One of the book's great strengths is the way that Adas demonstrates the repeated pairing of technological violence and technological development in America's encounter with non-Western peoples. Americans persistently, and paradoxically, use warfare and a missionary vision of prosperity through technological development in tandem in their nation-building efforts. Striking too is the profound myopia that accompanies such projects. American policymakers of the twenty-first century—like the European settlers of the seventeenth and eighteenth centuries—assume not only the superiority of their own technology, but they also assume that the peoples they encounter are equally impressed or intimidated. Time and again, this crucial misinterpretation colors and shapes American encounters, making it difficult or impossible for them to understand the true complexity of the situations they have created. Adas helps us to see the culturally deep-seated character of this myopia as it reappears, often in subtly modified form, throughout the narrative. Some will note that the balance tilts toward greater attention to technological violence at the end of the book, particularly in the chapters on the Gulf War and Vietnam. Adas certainly pulls no punches in either case. One can detect anger towards events in recent American history, and a clear critical thrust throughout, which takes issue with America's technological “civilizing mission” and the ways that technological imperatives have been uncritically recirculated in American politics, to the detriment of the world and the USA itself. Some readers might disagree with Adas' critical stance, but the book's solid evidentiary foundation and thoughtful analysis make this a book to engage with, not to dismiss.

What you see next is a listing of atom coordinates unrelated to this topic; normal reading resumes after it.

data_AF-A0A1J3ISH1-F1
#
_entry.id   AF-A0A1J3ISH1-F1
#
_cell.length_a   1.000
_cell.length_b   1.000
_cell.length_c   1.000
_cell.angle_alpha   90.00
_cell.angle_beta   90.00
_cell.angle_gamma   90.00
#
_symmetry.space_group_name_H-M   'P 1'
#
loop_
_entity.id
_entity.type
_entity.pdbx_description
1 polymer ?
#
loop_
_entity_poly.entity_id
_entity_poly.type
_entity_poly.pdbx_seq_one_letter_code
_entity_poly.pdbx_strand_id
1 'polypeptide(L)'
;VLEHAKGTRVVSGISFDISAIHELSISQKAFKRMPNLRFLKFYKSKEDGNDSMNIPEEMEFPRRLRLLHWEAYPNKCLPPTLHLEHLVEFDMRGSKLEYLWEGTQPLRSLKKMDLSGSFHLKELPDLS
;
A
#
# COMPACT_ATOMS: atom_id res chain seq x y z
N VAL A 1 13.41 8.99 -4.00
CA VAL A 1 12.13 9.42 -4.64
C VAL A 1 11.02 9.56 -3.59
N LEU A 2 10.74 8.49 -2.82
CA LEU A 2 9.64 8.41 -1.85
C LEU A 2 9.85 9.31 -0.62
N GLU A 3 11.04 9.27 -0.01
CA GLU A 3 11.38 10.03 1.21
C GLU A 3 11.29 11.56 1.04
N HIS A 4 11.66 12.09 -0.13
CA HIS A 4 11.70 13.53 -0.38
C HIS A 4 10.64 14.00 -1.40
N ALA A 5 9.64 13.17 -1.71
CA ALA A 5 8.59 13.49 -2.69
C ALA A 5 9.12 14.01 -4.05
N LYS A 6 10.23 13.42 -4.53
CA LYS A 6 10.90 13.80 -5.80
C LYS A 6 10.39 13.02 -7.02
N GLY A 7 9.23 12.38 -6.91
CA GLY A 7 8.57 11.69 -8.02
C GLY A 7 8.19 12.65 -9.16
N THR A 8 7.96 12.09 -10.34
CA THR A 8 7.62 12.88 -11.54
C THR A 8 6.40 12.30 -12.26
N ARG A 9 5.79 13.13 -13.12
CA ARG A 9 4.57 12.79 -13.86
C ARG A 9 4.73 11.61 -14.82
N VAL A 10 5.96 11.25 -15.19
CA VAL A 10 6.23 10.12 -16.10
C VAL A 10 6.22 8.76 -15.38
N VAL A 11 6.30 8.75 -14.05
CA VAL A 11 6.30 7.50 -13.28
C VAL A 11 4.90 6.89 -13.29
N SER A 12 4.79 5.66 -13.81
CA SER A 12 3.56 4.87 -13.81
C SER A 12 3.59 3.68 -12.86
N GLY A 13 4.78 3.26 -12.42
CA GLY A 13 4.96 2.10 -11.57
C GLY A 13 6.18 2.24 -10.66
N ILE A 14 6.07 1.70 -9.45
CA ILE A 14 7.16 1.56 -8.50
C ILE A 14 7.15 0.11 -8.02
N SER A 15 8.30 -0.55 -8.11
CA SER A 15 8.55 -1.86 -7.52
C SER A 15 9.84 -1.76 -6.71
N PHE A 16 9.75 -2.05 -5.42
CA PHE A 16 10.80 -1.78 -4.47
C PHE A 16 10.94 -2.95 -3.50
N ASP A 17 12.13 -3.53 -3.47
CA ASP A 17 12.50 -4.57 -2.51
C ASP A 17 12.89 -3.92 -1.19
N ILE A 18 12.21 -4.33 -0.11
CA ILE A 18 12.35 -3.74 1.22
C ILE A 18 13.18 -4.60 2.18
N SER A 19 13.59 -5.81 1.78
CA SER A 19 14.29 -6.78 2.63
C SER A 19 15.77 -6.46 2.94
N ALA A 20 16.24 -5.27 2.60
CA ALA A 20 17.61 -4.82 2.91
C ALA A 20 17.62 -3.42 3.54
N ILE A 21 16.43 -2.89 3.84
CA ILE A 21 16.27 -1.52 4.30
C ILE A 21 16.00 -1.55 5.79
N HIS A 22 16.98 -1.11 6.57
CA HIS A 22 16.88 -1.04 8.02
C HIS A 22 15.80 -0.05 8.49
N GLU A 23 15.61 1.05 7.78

Throughout the book, Adas considers the role of race, class, gender, and religious thinking in America's technological imperatives. He particularly shows how ideas of technological progress drew on a white, middle-class, masculine view of both nation and society. This view was projected and embodied by the agents of American nation-building projects, often male, middle-class engineers, who displayed the zeal of secular missionaries for their work. Equally important is his treatment of the ambivalence of racial assumptions. Certainly, the characterization of other peoples as inferior is crucial to the American imagination of nation-building. At the same time, however, these projects have been predicated on an assumption that progress (and in some sense redemption) is possible, even among “backward” peoples. This assertion of technological promise rests on a rejection of inherent and unchanging racial differences, setting up a tension that—like the mixture of violence and developmentalism—is a defining characteristic of American interactions over the long term.